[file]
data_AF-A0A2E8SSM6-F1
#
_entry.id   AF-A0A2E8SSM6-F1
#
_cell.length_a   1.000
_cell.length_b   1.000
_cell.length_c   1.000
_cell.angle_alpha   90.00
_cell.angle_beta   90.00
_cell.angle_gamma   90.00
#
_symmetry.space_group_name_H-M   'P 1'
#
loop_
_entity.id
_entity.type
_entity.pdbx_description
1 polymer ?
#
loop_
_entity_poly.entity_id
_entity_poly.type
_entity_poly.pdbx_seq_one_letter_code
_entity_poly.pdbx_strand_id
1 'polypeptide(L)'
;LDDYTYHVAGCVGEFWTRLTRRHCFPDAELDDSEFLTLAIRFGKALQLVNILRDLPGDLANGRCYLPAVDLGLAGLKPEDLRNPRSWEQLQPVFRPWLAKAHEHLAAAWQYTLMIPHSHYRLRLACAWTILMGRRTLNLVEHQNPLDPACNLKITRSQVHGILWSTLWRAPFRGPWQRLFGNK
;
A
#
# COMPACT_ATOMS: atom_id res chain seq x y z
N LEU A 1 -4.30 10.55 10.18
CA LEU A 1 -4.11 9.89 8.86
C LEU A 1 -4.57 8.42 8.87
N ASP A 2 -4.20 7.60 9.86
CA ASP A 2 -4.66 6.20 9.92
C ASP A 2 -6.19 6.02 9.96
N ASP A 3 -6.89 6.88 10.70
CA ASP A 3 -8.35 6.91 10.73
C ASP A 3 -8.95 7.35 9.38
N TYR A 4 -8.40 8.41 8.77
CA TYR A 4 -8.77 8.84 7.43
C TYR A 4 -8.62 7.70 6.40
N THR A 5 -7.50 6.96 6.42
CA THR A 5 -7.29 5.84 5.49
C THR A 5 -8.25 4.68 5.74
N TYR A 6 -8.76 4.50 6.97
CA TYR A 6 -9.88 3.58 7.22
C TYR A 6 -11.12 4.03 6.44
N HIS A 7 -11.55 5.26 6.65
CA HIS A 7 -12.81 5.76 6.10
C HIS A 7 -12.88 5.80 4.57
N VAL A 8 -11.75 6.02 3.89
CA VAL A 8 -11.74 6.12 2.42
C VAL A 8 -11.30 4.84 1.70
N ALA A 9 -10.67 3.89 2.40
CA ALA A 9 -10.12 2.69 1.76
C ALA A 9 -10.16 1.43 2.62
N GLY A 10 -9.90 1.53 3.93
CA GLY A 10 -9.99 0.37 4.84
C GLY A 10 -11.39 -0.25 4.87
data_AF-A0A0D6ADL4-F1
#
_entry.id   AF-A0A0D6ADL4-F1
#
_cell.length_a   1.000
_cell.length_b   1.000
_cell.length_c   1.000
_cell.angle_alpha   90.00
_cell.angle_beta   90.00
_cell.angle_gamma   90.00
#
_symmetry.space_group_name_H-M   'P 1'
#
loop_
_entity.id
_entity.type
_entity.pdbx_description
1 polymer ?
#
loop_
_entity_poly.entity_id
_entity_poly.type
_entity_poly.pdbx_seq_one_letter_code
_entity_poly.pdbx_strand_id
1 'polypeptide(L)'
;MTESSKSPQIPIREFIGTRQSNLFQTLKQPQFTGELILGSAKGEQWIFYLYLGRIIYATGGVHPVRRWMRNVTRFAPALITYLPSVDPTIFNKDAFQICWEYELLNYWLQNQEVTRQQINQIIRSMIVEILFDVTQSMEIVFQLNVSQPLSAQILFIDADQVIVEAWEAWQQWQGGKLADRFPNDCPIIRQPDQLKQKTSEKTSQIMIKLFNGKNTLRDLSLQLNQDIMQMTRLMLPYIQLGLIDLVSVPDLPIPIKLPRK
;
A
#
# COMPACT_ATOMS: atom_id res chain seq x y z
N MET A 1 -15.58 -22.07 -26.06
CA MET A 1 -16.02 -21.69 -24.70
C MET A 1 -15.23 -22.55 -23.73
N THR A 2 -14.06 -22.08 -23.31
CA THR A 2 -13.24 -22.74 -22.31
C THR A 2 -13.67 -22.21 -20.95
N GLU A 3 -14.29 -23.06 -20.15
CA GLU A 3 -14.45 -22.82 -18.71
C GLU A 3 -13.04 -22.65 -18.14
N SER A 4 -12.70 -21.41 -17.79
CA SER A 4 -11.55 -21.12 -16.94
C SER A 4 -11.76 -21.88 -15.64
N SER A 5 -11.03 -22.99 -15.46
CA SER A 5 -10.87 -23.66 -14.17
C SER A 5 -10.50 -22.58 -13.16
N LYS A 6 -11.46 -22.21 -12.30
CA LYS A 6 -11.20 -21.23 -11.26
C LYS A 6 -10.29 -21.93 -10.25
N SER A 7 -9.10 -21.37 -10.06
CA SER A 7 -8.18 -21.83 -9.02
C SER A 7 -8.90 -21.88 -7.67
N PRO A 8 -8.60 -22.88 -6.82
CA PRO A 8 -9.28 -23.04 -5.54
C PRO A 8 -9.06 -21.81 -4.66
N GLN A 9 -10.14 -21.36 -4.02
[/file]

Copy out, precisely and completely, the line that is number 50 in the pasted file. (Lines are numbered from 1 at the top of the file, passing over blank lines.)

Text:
CA HIS A 7 -12.81 5.76 6.10